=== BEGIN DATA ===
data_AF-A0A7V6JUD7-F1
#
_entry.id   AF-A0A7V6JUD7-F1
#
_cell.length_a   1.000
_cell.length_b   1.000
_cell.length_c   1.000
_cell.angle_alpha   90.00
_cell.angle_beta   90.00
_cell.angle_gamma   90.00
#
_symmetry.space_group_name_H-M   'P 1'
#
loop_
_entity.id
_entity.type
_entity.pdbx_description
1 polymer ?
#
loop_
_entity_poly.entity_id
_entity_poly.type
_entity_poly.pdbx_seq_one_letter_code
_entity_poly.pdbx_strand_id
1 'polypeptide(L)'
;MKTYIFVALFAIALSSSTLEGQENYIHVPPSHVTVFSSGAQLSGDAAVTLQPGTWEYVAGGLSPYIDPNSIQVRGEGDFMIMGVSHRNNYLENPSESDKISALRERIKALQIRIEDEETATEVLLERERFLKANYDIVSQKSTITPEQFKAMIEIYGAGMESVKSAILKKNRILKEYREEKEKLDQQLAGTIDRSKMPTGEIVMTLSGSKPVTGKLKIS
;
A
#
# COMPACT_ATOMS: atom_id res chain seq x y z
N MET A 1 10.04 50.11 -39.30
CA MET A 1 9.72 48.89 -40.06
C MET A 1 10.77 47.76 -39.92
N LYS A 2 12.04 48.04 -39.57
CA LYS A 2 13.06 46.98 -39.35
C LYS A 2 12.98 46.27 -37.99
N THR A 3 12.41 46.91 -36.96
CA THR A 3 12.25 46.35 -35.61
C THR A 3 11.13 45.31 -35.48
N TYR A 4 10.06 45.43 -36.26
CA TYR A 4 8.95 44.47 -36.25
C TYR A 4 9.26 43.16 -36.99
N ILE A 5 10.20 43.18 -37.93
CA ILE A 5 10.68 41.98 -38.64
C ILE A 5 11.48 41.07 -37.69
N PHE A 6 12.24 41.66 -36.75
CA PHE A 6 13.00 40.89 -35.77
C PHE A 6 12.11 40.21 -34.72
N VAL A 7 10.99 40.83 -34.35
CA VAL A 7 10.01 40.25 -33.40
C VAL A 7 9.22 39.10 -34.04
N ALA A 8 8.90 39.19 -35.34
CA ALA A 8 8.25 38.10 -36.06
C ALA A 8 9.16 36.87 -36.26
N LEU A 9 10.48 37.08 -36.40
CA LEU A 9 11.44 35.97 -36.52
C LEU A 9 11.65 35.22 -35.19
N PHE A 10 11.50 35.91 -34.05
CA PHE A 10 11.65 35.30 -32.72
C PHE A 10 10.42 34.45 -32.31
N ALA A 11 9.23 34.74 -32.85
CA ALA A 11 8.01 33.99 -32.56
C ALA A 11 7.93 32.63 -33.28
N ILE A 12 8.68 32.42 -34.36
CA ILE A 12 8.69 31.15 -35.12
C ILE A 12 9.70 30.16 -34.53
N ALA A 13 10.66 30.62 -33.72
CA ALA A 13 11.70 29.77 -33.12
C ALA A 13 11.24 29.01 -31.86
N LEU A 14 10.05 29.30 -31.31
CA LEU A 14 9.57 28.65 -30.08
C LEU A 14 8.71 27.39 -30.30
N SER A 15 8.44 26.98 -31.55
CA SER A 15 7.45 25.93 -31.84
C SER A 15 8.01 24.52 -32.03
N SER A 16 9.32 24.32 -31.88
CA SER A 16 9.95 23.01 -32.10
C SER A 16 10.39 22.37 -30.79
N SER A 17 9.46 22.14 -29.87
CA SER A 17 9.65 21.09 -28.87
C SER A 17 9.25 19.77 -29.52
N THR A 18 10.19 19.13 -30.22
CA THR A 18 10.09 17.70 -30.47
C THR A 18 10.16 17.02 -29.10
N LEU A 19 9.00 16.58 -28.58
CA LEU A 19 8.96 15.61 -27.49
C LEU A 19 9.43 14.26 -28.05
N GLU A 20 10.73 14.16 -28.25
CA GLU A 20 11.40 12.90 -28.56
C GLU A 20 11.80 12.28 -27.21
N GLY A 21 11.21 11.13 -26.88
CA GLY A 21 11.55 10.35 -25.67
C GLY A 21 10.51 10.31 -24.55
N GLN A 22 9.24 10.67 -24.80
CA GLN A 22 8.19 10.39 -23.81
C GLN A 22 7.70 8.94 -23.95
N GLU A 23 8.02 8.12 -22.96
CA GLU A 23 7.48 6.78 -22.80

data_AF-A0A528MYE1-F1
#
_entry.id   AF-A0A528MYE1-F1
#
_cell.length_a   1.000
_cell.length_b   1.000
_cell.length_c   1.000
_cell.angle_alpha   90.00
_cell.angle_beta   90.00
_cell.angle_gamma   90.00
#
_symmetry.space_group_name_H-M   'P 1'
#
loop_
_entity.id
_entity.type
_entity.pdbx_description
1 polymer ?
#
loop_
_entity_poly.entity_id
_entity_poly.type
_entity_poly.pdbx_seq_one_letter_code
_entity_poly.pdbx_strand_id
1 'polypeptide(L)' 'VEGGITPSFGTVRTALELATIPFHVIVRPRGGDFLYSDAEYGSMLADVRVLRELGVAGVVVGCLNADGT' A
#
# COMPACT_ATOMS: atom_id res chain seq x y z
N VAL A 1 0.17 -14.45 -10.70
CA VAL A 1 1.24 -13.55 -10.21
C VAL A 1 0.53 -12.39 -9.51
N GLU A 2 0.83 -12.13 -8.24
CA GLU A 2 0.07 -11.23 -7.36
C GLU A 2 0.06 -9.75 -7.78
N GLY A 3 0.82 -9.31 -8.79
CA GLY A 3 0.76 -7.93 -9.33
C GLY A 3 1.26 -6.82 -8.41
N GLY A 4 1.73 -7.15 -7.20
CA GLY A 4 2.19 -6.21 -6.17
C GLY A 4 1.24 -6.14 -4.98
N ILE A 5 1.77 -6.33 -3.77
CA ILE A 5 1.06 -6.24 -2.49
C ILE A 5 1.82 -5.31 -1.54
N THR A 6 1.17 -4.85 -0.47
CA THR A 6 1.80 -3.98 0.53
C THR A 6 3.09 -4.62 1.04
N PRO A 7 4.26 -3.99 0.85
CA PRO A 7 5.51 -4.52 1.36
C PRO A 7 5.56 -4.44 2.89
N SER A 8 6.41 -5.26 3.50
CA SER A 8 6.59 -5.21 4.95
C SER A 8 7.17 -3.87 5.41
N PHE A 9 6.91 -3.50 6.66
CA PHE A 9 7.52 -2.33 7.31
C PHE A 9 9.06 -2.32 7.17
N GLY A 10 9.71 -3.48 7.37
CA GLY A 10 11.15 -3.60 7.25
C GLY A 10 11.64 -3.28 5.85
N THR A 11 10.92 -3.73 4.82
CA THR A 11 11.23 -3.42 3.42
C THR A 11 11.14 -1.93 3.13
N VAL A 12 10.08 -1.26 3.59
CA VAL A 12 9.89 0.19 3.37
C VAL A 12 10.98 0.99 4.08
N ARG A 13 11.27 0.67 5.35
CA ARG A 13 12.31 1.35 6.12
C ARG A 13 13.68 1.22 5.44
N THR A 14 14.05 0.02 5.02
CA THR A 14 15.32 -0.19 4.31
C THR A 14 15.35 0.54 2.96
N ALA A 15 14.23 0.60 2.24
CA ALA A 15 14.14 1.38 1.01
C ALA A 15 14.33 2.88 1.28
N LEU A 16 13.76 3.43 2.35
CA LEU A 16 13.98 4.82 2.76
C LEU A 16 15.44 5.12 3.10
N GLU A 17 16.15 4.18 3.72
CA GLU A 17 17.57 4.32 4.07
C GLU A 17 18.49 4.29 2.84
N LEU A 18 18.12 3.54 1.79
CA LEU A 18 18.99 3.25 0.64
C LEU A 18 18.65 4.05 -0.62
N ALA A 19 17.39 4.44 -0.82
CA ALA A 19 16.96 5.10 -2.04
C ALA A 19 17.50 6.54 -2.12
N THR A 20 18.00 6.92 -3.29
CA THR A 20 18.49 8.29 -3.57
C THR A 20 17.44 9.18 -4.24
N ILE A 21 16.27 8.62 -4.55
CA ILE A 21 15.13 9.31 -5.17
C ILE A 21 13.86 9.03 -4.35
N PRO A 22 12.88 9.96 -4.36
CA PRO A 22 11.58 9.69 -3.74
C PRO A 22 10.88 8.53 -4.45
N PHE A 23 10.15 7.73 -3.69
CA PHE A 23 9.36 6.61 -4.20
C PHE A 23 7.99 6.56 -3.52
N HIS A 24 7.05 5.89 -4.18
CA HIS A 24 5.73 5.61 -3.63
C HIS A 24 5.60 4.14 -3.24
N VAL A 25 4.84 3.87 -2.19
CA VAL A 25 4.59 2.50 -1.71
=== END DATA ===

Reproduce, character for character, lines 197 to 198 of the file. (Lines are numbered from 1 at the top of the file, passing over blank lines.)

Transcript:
C HIS A 24 5.60 4.14 -3.24
N VAL A 25 4.84 3.87 -2.19